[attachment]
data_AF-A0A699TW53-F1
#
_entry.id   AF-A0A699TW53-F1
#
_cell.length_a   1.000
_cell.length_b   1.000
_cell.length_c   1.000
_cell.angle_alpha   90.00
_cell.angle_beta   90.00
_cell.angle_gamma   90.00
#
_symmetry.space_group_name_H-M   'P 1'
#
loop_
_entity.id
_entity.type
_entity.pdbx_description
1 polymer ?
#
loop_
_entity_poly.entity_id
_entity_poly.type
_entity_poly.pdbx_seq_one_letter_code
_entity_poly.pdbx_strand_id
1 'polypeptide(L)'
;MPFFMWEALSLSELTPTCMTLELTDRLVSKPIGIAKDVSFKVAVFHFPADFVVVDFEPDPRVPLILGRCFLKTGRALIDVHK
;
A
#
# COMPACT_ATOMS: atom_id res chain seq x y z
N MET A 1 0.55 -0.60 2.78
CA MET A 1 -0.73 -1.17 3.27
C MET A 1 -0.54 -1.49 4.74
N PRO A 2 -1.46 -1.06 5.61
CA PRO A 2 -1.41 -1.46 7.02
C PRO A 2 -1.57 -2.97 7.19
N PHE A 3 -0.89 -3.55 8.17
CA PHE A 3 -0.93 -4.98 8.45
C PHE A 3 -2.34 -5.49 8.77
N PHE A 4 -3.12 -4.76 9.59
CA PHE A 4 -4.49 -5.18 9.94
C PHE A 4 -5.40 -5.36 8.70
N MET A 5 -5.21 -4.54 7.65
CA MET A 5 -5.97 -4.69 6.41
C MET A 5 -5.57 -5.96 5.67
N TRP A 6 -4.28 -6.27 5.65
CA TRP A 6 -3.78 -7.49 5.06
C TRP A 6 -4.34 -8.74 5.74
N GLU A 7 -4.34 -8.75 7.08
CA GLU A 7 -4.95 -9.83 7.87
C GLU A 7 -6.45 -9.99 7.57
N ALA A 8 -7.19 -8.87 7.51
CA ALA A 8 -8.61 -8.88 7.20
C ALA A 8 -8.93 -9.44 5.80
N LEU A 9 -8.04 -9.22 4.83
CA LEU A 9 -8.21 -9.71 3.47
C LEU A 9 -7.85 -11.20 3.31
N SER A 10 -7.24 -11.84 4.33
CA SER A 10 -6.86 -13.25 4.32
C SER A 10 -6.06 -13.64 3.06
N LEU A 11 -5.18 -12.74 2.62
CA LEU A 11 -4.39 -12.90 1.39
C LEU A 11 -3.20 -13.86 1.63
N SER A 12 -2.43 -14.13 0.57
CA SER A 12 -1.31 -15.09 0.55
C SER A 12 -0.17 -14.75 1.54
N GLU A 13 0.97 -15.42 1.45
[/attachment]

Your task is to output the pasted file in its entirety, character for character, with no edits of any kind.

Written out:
data_AF-A0A699TW53-F1
#
_entry.id   AF-A0A699TW53-F1
#
_cell.length_a   1.000
_cell.length_b   1.000
_cell.length_c   1.000
_cell.angle_alpha   90.00
_cell.angle_beta   90.00
_cell.angle_gamma   90.00
#
_symmetry.space_group_name_H-M   'P 1'
#
loop_
_entity.id
_entity.type
_entity.pdbx_description
1 polymer ?
#
loop_
_entity_poly.entity_id
_entity_poly.type
_entity_poly.pdbx_seq_one_letter_code
_entity_poly.pdbx_strand_id
1 'polypeptide(L)'
;MPFFMWEALSLSELTPTCMTLELTDRLVSKPIGIAKDVSFKVAVFHFPADFVVVDFEPDPRVPLILGRCFLKTGRALIDVHK
;
A
#
# COMPACT_ATOMS: atom_id res chain seq x y z
N MET A 1 0.55 -0.60 2.78
CA MET A 1 -0.73 -1.17 3.27
C MET A 1 -0.54 -1.49 4.74
N PRO A 2 -1.46 -1.06 5.61
CA PRO A 2 -1.41 -1.46 7.02
C PRO A 2 -1.57 -2.97 7.19
N PHE A 3 -0.89 -3.55 8.17
CA PHE A 3 -0.93 -4.98 8.45
C PHE A 3 -2.34 -5.49 8.77
N PHE A 4 -3.12 -4.76 9.59
CA PHE A 4 -4.49 -5.18 9.94
C PHE A 4 -5.40 -5.36 8.70
N MET A 5 -5.21 -4.54 7.65
CA MET A 5 -5.97 -4.69 6.41
C MET A 5 -5.57 -5.96 5.67
N TRP A 6 -4.28 -6.27 5.65
CA TRP A 6 -3.78 -7.49 5.06
C TRP A 6 -4.34 -8.74 5.74
N GLU A 7 -4.34 -8.75 7.08
CA GLU A 7 -4.95 -9.83 7.87
C GLU A 7 -6.45 -9.99 7.57
N ALA A 8 -7.19 -8.87 7.51
CA ALA A 8 -8.61 -8.88 7.20
C ALA A 8 -8.93 -9.44 5.80
N LEU A 9 -8.04 -9.22 4.83
CA LEU A 9 -8.21 -9.71 3.47
C LEU A 9 -7.85 -11.20 3.31
N SER A 10 -7.24 -11.84 4.33
CA SER A 10 -6.86 -13.25 4.32
C SER A 10 -6.06 -13.64 3.06
N LEU A 11 -5.18 -12.74 2.62
CA LEU A 11 -4.39 -12.90 1.39
C LEU A 11 -3.20 -13.86 1.63
N SER A 12 -2.43 -14.13 0.57
CA SER A 12 -1.31 -15.09 0.55
C SER A 12 -0.17 -14.75 1.54
N GLU A 13 0.97 -15.42 1.45